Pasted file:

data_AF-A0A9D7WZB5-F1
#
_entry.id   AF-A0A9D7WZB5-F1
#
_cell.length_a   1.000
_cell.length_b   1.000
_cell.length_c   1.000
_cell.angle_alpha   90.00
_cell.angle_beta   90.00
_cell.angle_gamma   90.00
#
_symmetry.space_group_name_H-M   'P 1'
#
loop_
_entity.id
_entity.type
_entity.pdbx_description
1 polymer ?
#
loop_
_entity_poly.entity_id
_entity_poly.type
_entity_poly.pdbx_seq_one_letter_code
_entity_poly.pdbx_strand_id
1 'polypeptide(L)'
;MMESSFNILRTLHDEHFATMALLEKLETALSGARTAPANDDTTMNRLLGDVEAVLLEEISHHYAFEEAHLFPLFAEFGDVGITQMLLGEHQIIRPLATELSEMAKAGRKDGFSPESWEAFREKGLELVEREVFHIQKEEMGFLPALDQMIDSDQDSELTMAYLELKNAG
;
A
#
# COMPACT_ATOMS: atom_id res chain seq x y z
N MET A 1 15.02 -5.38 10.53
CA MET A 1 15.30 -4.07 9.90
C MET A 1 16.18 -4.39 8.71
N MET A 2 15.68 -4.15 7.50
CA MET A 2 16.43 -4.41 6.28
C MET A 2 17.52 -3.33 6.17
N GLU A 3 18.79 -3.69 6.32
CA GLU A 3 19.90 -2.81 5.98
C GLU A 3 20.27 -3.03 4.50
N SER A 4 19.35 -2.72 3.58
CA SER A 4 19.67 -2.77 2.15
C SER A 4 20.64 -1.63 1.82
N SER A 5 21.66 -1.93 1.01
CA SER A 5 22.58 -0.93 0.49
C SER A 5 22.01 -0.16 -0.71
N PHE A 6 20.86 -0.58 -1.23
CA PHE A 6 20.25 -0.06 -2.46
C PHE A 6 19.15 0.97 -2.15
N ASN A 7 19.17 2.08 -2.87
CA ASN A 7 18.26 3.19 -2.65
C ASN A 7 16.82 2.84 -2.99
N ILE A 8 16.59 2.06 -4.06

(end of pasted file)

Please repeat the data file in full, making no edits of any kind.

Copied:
data_AF-A0A9D7WZB5-F1
#
_entry.id   AF-A0A9D7WZB5-F1
#
_cell.length_a   1.000
_cell.length_b   1.000
_cell.length_c   1.000
_cell.angle_alpha   90.00
_cell.angle_beta   90.00
_cell.angle_gamma   90.00
#
_symmetry.space_group_name_H-M   'P 1'
#
loop_
_entity.id
_entity.type
_entity.pdbx_description
1 polymer ?
#
loop_
_entity_poly.entity_id
_entity_poly.type
_entity_poly.pdbx_seq_one_letter_code
_entity_poly.pdbx_strand_id
1 'polypeptide(L)'
;MMESSFNILRTLHDEHFATMALLEKLETALSGARTAPANDDTTMNRLLGDVEAVLLEEISHHYAFEEAHLFPLFAEFGDVGITQMLLGEHQIIRPLATELSEMAKAGRKDGFSPESWEAFREKGLELVEREVFHIQKEEMGFLPALDQMIDSDQDSELTMAYLELKNAG
;
A
#
# COMPACT_ATOMS: atom_id res chain seq x y z
N MET A 1 15.02 -5.38 10.53
CA MET A 1 15.30 -4.07 9.90
C MET A 1 16.18 -4.39 8.71
N MET A 2 15.68 -4.15 7.50
CA MET A 2 16.43 -4.41 6.28
C MET A 2 17.52 -3.33 6.17
N GLU A 3 18.79 -3.69 6.32
CA GLU A 3 19.90 -2.81 5.98
C GLU A 3 20.27 -3.03 4.50
N SER A 4 19.35 -2.72 3.58
CA SER A 4 19.67 -2.77 2.15
C SER A 4 20.64 -1.63 1.82
N SER A 5 21.66 -1.93 1.01
CA SER A 5 22.58 -0.93 0.49
C SER A 5 22.01 -0.16 -0.71
N PHE A 6 20.86 -0.58 -1.23
CA PHE A 6 20.25 -0.06 -2.46
C PHE A 6 19.15 0.97 -2.15
N ASN A 7 19.17 2.08 -2.87
CA ASN A 7 18.26 3.19 -2.65
C ASN A 7 16.82 2.84 -2.99
N ILE A 8 16.59 2.06 -4.06